The National Academies of Sciences, Engineering, and Medicine has urged the United States Congress, federal, and state agencies to “significantly increase” support for innovation in what it calls “increasingly clean” electric power technologies.
In a report published by the National Academies of Sciences, Engineering, and Medicine (National Academies ), it has urged the US Government to intensify its support for innovation in electric power technologies it deems are “increasingly clean,” including nuclear power, carbon capture and storage, and renewable energy such as solar and wind. Despite recent cost and price declines which have made these technologies cost-competitive in certain regions under certain conditions, the National Academies believes that “significantly greater market penetration of these technologies will be required to help address the worst impacts of climate change, as well as harms to human health such as asthma and premature death caused by pollution.”
“We called our report The Power of Change because changing where we get our electricity from will require changing how we think, so that we see this not just as one of the greatest challenges of our time but also as one of our country’s greatest opportunities,” said Charles O. Holliday, Jr., chair of the committee that wrote the report, and chair of Royal Dutch Shell, PLC. “We are only in the second inning of energy innovation, but we could take the lead globally by working together as a nation, and tapping the ingenuity we have always been known best for, to achieve breakthrough innovation.”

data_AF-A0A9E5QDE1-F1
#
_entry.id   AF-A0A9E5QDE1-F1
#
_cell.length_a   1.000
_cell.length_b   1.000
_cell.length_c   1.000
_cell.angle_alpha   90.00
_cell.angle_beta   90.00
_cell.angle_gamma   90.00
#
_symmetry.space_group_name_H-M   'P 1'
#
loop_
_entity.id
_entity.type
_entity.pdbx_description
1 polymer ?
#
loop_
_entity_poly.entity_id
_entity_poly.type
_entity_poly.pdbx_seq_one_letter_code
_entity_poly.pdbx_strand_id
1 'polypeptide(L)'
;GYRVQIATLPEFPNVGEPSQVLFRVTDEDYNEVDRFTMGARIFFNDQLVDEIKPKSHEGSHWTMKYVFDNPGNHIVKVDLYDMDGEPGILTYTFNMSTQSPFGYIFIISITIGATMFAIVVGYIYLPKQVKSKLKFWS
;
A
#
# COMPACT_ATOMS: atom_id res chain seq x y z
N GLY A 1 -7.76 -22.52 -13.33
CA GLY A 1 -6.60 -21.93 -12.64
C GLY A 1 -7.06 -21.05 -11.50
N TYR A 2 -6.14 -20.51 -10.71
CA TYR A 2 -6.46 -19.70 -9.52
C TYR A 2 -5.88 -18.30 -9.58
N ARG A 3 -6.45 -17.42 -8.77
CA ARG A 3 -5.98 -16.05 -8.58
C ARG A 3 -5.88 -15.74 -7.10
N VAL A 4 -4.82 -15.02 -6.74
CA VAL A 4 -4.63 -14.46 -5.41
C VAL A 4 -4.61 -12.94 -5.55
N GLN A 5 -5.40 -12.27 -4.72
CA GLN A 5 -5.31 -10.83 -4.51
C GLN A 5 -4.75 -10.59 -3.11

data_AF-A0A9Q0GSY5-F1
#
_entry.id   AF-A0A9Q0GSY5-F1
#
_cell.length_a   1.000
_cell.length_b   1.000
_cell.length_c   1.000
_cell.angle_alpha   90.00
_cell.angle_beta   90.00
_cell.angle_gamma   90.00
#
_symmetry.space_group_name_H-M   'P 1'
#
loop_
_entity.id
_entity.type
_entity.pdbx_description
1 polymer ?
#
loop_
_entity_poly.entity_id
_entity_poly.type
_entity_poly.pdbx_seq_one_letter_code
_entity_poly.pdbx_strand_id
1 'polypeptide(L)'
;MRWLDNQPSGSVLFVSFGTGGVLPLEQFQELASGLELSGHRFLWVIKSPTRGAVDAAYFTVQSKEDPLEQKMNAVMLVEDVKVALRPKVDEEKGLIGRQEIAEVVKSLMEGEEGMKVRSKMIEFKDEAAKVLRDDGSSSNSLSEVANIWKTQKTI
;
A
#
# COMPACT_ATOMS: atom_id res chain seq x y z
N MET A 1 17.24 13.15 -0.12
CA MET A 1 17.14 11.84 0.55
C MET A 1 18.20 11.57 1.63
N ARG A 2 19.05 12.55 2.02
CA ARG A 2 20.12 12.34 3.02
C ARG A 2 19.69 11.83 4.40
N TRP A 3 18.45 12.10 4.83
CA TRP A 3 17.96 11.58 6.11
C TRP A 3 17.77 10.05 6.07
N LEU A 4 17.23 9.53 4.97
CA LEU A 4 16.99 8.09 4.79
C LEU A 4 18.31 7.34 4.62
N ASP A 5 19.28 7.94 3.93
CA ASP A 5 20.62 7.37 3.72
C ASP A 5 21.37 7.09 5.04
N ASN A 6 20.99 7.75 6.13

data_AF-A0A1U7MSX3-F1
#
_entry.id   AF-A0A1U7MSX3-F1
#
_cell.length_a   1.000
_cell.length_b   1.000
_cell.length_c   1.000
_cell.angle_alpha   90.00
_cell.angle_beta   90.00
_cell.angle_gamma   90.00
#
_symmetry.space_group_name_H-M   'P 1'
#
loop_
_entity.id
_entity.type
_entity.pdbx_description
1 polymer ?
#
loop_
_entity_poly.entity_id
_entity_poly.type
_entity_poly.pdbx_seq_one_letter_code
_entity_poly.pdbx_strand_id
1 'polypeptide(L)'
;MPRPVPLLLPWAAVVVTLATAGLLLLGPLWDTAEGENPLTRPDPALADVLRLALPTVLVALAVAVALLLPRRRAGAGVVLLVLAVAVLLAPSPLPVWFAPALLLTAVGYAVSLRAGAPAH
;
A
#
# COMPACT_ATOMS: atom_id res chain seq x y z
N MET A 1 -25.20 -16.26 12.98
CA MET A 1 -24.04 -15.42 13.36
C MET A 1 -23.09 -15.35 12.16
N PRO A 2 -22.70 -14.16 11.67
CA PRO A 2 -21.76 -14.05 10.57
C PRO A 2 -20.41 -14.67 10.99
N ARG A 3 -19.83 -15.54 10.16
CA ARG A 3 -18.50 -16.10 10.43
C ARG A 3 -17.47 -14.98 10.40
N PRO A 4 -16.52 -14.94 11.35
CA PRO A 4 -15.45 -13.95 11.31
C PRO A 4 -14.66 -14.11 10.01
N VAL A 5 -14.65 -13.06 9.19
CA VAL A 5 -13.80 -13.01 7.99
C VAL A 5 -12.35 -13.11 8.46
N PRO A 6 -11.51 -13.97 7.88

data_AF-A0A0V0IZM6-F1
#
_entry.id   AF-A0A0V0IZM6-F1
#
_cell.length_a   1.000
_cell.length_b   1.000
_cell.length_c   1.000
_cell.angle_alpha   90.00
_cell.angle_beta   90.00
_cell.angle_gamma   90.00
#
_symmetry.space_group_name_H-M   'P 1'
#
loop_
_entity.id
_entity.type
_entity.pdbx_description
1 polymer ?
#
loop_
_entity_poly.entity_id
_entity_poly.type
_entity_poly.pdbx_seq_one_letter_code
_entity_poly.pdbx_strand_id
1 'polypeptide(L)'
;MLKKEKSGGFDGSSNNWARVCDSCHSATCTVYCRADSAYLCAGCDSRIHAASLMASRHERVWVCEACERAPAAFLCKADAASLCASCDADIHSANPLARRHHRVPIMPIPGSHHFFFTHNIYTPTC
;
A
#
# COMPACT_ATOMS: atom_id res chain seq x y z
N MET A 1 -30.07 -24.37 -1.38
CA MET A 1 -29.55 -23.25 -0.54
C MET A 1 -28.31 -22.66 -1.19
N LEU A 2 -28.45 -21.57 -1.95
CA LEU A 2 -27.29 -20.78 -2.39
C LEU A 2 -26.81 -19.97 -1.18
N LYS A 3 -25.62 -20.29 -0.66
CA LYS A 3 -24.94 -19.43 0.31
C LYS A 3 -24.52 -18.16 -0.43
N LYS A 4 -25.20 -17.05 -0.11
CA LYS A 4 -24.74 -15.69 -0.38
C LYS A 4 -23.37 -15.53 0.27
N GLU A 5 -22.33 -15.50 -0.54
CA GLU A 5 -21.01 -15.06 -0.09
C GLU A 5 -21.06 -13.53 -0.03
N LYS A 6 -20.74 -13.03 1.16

The report points to market failures and nonmarket barriers at all stages of the innovation process hampering innovation into these “clean” technologies, while also providing several measures the authors believe can help overcome these barriers, including these suggestions:
- Proof-of-concept and pilot projects should have clear missions and goals. The US Department of Energy (DOE) should help advance innovation by using sector-specific road-mapping and challenge funding.
- The intermediate stages of innovation are among the most critical and often overlooked. Once a concept has been proven, it faces a range of scale-up, manufacturing, regulatory, and market challenges to commercialization. The Small Business Investment Company program can help overcome these barriers — for example, allocating 20% of SBIC funding to create new venture capital funds focused on early-stage increasingly clean power technologies.
- Simulation and testing of new technologies are key capabilities. DOE should take the lead in assessing public and private simulation and testing capabilities, identifying gaps, and supporting or incentivizing creation of capabilities to fill those gaps.
The full report, The Power of Change, can be viewed here.